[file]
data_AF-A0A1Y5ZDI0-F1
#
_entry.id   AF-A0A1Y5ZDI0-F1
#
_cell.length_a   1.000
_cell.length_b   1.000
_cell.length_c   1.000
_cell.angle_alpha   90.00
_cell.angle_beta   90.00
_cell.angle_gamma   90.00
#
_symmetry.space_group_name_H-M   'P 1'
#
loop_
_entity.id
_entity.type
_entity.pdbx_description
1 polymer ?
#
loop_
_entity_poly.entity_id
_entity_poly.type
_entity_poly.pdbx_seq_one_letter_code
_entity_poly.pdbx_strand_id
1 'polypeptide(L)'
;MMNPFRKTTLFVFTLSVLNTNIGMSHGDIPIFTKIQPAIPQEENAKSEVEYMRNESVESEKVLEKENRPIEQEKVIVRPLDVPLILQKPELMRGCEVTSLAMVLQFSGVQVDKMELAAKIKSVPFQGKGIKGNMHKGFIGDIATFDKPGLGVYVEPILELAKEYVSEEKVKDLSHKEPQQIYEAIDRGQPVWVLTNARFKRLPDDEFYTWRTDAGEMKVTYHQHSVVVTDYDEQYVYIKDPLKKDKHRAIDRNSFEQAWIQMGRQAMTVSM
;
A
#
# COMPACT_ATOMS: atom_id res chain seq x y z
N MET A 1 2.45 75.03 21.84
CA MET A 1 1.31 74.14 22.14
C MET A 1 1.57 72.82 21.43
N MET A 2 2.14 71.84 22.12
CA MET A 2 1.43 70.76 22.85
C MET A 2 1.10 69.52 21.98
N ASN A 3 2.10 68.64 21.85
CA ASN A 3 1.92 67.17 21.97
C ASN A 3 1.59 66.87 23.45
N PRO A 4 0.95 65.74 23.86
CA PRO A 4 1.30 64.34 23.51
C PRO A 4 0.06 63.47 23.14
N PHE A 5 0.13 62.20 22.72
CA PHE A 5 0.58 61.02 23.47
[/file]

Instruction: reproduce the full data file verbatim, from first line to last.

data_AF-A0A1Y5ZDI0-F1
#
_entry.id   AF-A0A1Y5ZDI0-F1
#
_cell.length_a   1.000
_cell.length_b   1.000
_cell.length_c   1.000
_cell.angle_alpha   90.00
_cell.angle_beta   90.00
_cell.angle_gamma   90.00
#
_symmetry.space_group_name_H-M   'P 1'
#
loop_
_entity.id
_entity.type
_entity.pdbx_description
1 polymer ?
#
loop_
_entity_poly.entity_id
_entity_poly.type
_entity_poly.pdbx_seq_one_letter_code
_entity_poly.pdbx_strand_id
1 'polypeptide(L)'
;MMNPFRKTTLFVFTLSVLNTNIGMSHGDIPIFTKIQPAIPQEENAKSEVEYMRNESVESEKVLEKENRPIEQEKVIVRPLDVPLILQKPELMRGCEVTSLAMVLQFSGVQVDKMELAAKIKSVPFQGKGIKGNMHKGFIGDIATFDKPGLGVYVEPILELAKEYVSEEKVKDLSHKEPQQIYEAIDRGQPVWVLTNARFKRLPDDEFYTWRTDAGEMKVTYHQHSVVVTDYDEQYVYIKDPLKKDKHRAIDRNSFEQAWIQMGRQAMTVSM
;
A
#
# COMPACT_ATOMS: atom_id res chain seq x y z
N MET A 1 2.45 75.03 21.84
CA MET A 1 1.31 74.14 22.14
C MET A 1 1.57 72.82 21.43
N MET A 2 2.14 71.84 22.12
CA MET A 2 1.43 70.76 22.85
C MET A 2 1.10 69.52 21.98
N ASN A 3 2.10 68.64 21.85
CA ASN A 3 1.92 67.17 21.97
C ASN A 3 1.59 66.87 23.45
N PRO A 4 0.95 65.74 23.86
CA PRO A 4 1.30 64.34 23.51
C PRO A 4 0.06 63.47 23.14
N PHE A 5 0.13 62.20 22.72
CA PHE A 5 0.58 61.02 23.47